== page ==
From jellyfish to paper

Global warming is especially nice if you happen to be a jellyfish. Recently, rising sea temperatures have led to vast spawns of jellyfish around the world, particularly in coastal areas. Unfortunately, this is where people like to swim, and also where pipes discharge into the sea. People getting stung and power centre outlets getting blocked are a nuisance. Now an Israeli company has decided to sort the problem out.

Cine’al Ltd is a nano-tech start-up that has just developed a technology allowing it to turn the flesh of jellyfish into cellulose. This means it is useful as paper, but also that it can be used to make super-absorbers. The development came after a study that found that jellyfish flesh is of 90% water by volume. A jellyfish body can absorb more liquid still, without damage to the organism.

Super-absorbing polymers (SAPs) are used in sanitary towels, tampons, medical equipment and so on. This new class of jellyfish-based SAPs could also, state the company, be used in paper towels, or really any application that calls for a huge absorbent capacity.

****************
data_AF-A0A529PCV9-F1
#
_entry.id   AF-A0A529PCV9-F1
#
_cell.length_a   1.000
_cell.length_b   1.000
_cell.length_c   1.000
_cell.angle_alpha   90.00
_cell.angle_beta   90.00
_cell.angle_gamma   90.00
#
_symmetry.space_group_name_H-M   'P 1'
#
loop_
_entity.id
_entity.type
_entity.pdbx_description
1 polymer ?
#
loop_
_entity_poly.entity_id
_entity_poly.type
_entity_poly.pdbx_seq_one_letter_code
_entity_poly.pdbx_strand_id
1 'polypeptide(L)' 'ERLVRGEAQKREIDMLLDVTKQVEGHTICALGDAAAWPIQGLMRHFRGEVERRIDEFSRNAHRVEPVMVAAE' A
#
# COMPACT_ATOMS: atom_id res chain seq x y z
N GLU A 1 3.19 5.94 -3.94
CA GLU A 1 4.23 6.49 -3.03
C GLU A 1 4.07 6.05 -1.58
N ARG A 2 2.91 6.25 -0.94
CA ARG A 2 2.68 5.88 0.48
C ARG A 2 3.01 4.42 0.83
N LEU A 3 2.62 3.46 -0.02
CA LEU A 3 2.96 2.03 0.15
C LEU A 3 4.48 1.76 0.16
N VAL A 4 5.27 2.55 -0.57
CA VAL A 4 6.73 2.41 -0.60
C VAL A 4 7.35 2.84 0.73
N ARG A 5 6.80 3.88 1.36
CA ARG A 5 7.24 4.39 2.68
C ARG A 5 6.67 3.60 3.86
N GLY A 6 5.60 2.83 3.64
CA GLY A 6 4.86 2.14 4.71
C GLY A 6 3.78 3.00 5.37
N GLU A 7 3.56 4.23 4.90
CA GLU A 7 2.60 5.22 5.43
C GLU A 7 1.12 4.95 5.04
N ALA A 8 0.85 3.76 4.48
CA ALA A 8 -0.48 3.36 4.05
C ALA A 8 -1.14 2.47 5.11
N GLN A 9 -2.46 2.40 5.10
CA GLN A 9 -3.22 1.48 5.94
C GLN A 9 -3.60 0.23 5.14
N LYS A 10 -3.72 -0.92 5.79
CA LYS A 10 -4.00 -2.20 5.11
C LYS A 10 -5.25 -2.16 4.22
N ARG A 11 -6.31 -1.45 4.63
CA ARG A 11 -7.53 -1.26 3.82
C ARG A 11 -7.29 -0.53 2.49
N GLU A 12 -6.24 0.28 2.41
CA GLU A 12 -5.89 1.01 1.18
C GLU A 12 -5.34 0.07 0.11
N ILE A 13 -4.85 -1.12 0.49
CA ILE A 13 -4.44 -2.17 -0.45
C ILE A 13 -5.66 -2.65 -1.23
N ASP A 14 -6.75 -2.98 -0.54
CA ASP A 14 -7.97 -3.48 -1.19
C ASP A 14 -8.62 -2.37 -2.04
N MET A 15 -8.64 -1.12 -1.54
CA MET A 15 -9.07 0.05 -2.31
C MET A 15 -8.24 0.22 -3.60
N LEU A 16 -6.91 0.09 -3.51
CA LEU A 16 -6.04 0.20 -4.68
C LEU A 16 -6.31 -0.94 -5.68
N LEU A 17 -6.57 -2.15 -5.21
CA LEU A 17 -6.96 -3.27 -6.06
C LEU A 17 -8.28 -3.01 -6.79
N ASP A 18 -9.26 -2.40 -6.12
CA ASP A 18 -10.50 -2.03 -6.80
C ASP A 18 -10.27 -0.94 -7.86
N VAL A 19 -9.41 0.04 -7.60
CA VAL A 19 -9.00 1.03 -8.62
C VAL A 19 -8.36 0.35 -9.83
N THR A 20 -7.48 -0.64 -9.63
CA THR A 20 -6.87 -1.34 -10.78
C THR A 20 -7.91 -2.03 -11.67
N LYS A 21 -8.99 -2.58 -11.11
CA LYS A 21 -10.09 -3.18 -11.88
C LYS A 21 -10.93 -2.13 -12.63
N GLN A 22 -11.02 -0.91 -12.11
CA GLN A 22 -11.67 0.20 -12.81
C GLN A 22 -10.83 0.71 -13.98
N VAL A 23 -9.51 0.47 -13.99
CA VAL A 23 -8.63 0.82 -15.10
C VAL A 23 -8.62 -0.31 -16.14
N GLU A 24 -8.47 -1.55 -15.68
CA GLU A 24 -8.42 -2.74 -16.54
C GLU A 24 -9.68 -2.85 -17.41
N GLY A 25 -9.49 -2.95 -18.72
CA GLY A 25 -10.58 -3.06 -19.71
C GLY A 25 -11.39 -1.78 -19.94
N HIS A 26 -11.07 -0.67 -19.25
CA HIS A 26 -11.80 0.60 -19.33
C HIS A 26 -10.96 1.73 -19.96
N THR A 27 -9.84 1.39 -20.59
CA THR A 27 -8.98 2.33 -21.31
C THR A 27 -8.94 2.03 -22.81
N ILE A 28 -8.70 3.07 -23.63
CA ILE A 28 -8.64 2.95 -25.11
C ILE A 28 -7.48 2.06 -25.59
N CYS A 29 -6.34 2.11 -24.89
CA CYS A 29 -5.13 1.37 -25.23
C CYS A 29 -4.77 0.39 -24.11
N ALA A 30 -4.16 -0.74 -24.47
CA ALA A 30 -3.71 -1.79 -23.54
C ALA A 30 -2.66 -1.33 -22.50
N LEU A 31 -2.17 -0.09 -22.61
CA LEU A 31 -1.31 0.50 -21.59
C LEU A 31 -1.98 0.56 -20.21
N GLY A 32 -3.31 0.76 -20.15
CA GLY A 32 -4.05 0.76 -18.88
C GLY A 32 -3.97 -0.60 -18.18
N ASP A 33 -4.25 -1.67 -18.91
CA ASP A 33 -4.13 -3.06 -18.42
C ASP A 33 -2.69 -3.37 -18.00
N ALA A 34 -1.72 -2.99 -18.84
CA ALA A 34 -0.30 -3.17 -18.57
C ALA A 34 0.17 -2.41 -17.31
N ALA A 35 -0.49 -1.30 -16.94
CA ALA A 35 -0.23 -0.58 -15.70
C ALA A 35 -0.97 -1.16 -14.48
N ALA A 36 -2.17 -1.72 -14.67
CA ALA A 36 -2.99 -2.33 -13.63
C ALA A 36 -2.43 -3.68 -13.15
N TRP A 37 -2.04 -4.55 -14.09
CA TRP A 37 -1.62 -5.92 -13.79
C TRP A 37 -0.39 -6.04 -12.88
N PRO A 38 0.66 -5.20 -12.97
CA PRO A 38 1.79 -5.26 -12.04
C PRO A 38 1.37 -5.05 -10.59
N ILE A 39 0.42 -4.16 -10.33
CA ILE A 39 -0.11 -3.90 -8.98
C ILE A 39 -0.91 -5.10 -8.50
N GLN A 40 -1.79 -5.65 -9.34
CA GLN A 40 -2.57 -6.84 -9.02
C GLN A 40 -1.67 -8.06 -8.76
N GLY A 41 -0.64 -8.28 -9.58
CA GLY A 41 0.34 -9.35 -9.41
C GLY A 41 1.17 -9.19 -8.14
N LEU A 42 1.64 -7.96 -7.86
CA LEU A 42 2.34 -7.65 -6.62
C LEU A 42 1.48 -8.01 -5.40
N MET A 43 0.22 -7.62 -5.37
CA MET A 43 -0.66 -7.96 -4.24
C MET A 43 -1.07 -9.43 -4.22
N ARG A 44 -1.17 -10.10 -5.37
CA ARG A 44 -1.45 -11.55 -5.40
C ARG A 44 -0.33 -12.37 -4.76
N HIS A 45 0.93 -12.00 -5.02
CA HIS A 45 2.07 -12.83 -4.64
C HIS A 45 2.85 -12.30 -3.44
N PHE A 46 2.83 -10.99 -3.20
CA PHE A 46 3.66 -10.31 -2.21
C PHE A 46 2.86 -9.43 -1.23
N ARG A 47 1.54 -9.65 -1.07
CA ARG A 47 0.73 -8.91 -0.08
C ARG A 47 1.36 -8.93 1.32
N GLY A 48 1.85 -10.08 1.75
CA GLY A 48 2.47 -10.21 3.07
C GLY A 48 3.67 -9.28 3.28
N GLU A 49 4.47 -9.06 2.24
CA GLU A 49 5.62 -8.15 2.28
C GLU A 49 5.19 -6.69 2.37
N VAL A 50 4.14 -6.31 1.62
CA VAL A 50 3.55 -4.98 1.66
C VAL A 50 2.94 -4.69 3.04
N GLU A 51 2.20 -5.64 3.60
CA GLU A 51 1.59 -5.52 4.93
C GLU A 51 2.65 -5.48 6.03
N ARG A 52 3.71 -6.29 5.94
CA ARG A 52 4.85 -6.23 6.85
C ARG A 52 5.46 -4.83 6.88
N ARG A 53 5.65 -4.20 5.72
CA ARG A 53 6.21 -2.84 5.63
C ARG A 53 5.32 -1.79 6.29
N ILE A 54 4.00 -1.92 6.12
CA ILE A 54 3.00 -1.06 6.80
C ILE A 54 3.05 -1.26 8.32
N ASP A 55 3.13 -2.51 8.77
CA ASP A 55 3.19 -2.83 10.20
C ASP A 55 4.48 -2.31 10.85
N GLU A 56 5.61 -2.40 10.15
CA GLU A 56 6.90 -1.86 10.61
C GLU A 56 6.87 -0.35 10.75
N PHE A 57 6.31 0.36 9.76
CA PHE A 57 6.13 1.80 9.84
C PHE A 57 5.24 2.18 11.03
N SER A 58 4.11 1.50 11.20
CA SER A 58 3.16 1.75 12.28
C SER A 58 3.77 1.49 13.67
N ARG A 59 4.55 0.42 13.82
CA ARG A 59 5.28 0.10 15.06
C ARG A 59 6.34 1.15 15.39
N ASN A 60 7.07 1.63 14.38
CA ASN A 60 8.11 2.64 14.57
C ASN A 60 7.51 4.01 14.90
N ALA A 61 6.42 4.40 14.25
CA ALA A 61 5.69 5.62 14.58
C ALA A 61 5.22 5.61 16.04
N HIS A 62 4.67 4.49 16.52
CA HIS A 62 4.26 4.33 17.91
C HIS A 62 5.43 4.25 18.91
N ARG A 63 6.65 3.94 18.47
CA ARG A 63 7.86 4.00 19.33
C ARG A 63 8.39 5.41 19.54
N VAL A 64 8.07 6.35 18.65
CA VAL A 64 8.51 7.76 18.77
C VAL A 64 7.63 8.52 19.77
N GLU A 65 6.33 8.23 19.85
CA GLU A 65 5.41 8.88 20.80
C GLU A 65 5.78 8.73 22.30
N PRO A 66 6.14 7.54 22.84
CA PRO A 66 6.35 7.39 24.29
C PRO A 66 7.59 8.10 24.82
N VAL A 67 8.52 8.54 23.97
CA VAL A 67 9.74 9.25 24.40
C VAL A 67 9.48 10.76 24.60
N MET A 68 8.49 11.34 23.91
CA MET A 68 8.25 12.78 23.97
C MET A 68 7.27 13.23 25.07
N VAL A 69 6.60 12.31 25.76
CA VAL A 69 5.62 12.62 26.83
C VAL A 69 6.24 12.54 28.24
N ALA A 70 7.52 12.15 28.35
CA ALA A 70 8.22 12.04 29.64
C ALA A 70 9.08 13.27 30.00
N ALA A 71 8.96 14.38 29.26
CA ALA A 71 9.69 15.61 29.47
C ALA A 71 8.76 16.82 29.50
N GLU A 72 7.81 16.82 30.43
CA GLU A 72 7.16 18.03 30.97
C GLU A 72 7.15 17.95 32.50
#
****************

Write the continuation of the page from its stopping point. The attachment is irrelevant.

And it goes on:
The material is called Hydromash. While its details are secret, the  material is a natural based polymer that is made directly from jellyfish. Researchers at Israel’s Tel Aviv University use nano-materials to convert jellyfish bodies into Hydromash.

Important advantages of the material are its capacity to absorb huge volumes of water (as well as blood and similar natural, organic fluids) in a very short time. Nano-particles are also added to the material during production, which allows for anti-bacterial qualities, different colours and various scents.

In addition, Hydromash is reported to completely bio-degrade within 30 days. It is therefore a contender to replace nappies and other synthetic waste that currently fills landfills around the world every day.

Jellyfish are generally considered useless – they have few natural predators as their flesh is almost inedible. However, they do have some redeeming factors; some even present a type of immortality. Now, we can consider them to be a useful organic ally for our sustainable future.

Images via creative commons licence.